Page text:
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Knowledgeable Machine Learning for Natural Language Processing


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In the past decades, one line has run through the entire research spectrum of natural language processing (NLP)—knowledge. With various kinds of knowledge, such as linguistic knowledge, world knowledge, and commonsense knowledge, machines can understand complex semantics at different levels. In this article, we introduce a framework named "knowledgeable machine learning" to revisit existing efforts to incorporate knowledge in NLP, especially the recent breakthroughs in the Chinese NLP community.

Since knowledge is closely related to human languages, the ability to capture and utilize knowledge is crucial to make machines understand languages. As shown in the accompanying figure, the symbolic knowledge formalized by human beings was widely used by NLP researchers before 1990, such as applying grammar rules for linguistic theories3 and building knowledge bases for expert systems.1 After 1990, statistical learning and deep learning methods have been widely explored in NLP, where knowledge is automatically captured from data and implicitly stored in model parameters. The success of the recent pretrained language models (PLMs)4,13 on a series of NLP tasks proves the effectiveness of this implicit knowledge in models. Making full use of knowledge, including both human-friendly symbolic knowledge and machine-friendly model knowledge, is essential for a better understanding of languages, which has gradually become the consensus of NLP researchers.

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Figure. A historical glimpse of the NLP research spectrum and the whole framework of knowledgeable machine learning.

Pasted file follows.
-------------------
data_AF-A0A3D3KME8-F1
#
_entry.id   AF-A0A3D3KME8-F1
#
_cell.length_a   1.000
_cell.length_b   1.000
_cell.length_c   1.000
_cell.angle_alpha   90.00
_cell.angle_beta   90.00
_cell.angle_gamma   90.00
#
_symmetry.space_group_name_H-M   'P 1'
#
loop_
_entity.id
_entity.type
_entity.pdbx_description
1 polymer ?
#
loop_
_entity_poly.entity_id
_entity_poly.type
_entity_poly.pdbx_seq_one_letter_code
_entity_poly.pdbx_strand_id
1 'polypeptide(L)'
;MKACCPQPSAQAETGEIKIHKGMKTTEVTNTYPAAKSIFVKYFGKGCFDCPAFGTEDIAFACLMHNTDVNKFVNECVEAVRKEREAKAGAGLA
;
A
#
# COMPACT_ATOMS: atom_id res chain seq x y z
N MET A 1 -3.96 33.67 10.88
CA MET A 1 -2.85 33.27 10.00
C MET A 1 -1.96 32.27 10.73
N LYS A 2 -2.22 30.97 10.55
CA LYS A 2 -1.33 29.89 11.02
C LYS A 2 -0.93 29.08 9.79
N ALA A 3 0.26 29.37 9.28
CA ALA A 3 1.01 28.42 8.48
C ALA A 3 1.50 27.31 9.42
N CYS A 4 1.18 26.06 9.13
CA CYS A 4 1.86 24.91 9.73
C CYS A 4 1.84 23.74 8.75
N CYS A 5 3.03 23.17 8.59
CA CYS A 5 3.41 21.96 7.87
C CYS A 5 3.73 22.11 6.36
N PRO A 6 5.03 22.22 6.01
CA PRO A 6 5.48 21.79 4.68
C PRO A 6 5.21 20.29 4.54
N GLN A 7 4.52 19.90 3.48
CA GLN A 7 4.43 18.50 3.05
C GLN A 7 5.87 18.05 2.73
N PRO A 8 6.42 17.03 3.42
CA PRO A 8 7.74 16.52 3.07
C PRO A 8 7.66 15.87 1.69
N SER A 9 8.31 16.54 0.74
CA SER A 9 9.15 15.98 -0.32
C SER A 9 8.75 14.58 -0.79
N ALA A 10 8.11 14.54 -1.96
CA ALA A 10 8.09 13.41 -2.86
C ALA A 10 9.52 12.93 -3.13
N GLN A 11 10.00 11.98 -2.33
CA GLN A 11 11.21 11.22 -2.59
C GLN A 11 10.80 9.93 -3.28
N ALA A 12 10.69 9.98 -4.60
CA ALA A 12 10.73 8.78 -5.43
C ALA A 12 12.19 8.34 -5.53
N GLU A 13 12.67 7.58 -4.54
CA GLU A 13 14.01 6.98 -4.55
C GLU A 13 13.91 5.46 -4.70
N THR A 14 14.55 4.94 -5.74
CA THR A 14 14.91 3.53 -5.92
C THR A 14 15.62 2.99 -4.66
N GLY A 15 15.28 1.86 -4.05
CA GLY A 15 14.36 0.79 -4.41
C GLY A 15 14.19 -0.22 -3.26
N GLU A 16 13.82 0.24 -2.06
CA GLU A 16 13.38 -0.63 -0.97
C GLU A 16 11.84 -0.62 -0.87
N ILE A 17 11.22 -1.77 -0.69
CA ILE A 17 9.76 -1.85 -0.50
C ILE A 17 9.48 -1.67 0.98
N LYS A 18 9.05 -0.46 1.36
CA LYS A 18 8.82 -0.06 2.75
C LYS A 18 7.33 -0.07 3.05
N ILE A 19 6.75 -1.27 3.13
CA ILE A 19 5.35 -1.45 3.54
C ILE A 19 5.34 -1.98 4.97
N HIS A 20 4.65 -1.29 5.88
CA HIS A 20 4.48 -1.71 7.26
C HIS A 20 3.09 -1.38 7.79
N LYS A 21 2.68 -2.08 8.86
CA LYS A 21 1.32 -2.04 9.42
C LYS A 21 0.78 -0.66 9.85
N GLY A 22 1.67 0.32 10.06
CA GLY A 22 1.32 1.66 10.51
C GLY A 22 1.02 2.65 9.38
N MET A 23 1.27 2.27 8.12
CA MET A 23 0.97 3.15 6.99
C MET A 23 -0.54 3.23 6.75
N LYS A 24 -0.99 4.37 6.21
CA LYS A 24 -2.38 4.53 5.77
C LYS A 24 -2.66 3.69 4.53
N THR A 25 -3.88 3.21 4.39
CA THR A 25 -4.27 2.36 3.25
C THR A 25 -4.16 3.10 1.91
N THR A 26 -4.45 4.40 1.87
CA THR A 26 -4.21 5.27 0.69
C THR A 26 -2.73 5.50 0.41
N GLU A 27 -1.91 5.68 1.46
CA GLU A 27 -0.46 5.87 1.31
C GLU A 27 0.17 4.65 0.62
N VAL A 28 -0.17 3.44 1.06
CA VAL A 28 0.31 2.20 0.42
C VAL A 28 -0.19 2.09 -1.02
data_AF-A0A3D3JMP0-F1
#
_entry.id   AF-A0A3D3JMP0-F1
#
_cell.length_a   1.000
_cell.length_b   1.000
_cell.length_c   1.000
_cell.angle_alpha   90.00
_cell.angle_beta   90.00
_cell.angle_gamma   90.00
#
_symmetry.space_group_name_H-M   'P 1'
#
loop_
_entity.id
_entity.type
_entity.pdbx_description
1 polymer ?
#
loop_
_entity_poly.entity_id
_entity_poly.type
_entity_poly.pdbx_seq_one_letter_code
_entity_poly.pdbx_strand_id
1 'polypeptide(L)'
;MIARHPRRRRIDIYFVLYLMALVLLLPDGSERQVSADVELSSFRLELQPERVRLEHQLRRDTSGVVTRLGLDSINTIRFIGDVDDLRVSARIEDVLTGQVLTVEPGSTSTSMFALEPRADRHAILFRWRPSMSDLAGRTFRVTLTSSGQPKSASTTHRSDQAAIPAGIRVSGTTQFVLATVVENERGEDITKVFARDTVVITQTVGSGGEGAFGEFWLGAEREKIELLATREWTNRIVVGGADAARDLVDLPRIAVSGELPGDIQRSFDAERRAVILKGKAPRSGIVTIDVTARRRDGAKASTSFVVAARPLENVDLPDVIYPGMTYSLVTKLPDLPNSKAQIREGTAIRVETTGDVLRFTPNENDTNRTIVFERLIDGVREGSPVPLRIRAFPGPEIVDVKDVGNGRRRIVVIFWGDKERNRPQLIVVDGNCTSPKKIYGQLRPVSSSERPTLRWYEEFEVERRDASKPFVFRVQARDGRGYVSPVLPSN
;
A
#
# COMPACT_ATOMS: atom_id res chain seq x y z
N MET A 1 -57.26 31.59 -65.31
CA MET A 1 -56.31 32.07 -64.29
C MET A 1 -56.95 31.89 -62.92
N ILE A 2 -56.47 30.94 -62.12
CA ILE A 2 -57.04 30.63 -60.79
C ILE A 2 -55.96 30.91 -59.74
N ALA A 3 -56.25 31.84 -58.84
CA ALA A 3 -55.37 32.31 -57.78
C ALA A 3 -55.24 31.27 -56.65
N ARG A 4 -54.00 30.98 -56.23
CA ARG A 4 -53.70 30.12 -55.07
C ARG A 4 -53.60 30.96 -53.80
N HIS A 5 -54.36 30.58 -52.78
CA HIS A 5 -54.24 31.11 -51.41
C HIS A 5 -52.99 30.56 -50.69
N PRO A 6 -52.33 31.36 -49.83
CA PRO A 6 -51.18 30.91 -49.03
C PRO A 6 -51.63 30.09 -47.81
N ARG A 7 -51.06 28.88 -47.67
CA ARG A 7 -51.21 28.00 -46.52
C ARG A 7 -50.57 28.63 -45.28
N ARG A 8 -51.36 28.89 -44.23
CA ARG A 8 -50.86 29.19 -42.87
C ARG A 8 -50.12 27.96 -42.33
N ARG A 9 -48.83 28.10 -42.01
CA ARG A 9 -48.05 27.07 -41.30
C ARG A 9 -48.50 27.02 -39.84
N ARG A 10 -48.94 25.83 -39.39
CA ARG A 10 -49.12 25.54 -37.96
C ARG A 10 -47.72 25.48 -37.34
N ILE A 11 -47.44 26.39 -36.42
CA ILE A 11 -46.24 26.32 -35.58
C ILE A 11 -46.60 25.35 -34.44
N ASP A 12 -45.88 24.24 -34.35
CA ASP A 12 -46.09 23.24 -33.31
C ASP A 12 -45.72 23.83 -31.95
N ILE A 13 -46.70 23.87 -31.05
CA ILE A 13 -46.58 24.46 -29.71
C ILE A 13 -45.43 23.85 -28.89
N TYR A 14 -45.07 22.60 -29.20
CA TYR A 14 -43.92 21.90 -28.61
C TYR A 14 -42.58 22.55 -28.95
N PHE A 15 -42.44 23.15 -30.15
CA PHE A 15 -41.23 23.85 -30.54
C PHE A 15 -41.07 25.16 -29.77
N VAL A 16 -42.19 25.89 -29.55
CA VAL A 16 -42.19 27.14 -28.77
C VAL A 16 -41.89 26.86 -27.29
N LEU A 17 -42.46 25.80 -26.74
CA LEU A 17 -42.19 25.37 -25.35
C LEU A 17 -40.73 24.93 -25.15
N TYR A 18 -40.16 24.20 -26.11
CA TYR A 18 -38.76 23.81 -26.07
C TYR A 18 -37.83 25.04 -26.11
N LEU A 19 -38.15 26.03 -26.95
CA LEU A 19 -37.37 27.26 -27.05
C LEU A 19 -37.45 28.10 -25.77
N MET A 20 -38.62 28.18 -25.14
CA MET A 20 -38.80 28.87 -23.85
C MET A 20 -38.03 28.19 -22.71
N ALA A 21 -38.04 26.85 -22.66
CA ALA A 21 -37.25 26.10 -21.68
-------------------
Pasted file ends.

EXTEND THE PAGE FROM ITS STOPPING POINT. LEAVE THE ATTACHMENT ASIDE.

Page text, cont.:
The spectrum depicted in the figure shows how knowledge was used for machine language understanding in different historical periods. The framework shows how to inject knowledge into different parts of machine learning.

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Knowledgeable ML for NLP

To clearly show how to utilize knowledge for NLP tasks, we introduce knowledgeable machine learning. Machine learning consists of four components: input, model, objective, and parameter. As shown in the figure, knowledgeable machine learning aims at covering the methods that apply knowledge to enhance these four machine learning components. According to which component is enhanced by knowledge, we can divide existing methods utilizing knowledge for NLP tasks into four categories:

Knowledge augmentation enhances the input of models with knowledge. There are two mainstream approaches for knowledge augmentation: one is to directly add knowledge into the input, and the other is to design special modules to fuse the original input and related knowledgeable input embeddings. So far, knowledge augmentation has achieved promising results on various tasks, such as information retrieval,11,18 question answering,10,15 and reading comprehension.5,12